The University of California, Berkeley confirmed Wednesday afternoon that a prominent astronomy professor who violated the school’s sexual-harassment policy resigned from the university.
After an investigation earlier this year, UC Berkeley found astronomy professor Geoff Marcy violated the university’s sexual-harassment policy on multiple occasions between 2001 and 2010, BuzzFeed reported last Friday. The school reprimanded but did not fire Marcy.
“Four women alleged that Marcy repeatedly engaged in inappropriate physical behaviour with students, including unwanted massages, kisses, and groping,” BuzzFeed reported Friday.
In a statement Wednesday, top administrators at the school called Marcy’s behaviour “contemptible and inexcusable.”
“We also want to express our sympathy to the women who were victimized, and we deeply regret the pain they have suffered,” the statement said.
UC Berkeley has been criticised for its perceived leniency in reprimanding a star professor who violated the school’s sexual-harassment policy. The latest hit against the university came from a group of 22 UC Berkeley astronomy professors, who wrote an open letter Monday calling for Marcy’s dismissal.
“We urge the UC Berkeley administration to re-evaluate its response to Marcy, who has been found in violation of UC sexual harassment policy,” the astronomy faculty members write. “We believe that Geoff Marcy cannot perform the functions of a faculty member.”
A UC Berkeley spokesperson sent Business Insider a statement from Chancellor Nicholas B. Dirks and Executive Vice Chancellor & Provost Claude Steele on Wednesday, which explained that while the university considered firing Marcy when the investigation originally concluded, they were unable to due to broader University of California policies. Berkeley is one campus of the larger UC system.
In the statement, Dirks and Steele write that Marcy’s resignation is “entirely appropriate” and his conduct was “contemptible and inexcusable.” Read it in full below:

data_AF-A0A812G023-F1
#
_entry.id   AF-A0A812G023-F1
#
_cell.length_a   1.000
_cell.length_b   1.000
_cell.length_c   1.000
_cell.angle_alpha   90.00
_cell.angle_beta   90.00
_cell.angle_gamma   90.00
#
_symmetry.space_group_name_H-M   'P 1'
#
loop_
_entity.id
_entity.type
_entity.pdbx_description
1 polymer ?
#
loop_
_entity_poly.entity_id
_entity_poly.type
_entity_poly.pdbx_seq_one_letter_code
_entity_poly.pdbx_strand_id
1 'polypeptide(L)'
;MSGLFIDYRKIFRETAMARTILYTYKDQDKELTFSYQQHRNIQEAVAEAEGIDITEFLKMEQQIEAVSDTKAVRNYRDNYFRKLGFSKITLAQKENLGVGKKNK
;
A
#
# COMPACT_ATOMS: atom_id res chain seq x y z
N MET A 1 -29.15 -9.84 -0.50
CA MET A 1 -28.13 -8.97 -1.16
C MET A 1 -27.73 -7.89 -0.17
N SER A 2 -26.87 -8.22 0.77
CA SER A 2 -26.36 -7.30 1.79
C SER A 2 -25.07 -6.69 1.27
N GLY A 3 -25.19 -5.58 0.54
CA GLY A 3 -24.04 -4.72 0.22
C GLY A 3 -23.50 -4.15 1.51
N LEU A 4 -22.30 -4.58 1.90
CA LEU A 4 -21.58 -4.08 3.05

This morning Professor of Astronomy Geoff Marcy resigned from the UC Berkeley faculty. We believe this outcome is entirely appropriate and have immediately accepted his resignation.
UC Berkeley’s reaction to the finding that Professor Geoff Marcy violated the University’s sexual harassment policies has been the subject of understandable criticism and anger.
Before describing the disciplinary options that were available to us, we want to state unequivocally that Professor Marcy’s conduct, as determined by the investigation, was contemptible and inexcusable. We also want to express our sympathy to the women who were victimized, and we deeply regret the pain they have suffered.
It is important to understand that as Berkeley’s leadership considered disciplinary options, we did not have the authority, as per University of California policy, to unilaterally impose any disciplinary sanctions, including termination. Discipline of a faculty member is a lengthy and uncertain process. It would include a full hearing where the standards of evidence that would be used are higher than those that are applied by the Office for the Prevention of Harassment and Discrimination(OPHD) in the course of its investigations. The process would also be subject to a three-year statute of limitations.
Our objective was to protect our students by immediately preventing any re-occurrence of the behaviour described in the investigative report. We thus chose to establish, in writing, a strict set of behavioural standards that went beyond what is specifically proscribed by the University’s rules and regulations. In addition, the agreement authorised the administration to by-pass the lengthy, uncertain disciplinary process by stripping the professor of a faculty member’s usual due process rights.
We recognise and share the frustration that many have expressed, and we are committed to work with the Office of the President and the Academic Senate to reform the University’s disciplinary processes, criteria and standards so that in the future we have different and better options for discipline of faculty.
We also want our campus community to know that we fully support new efforts now underway in a number of departments and colleges to address cultural issues and standards related to sexual harassment. We must do everything in our power to create the conditions necessary for quick and confidential reporting of suspected violations of our rules and standards of conduct.
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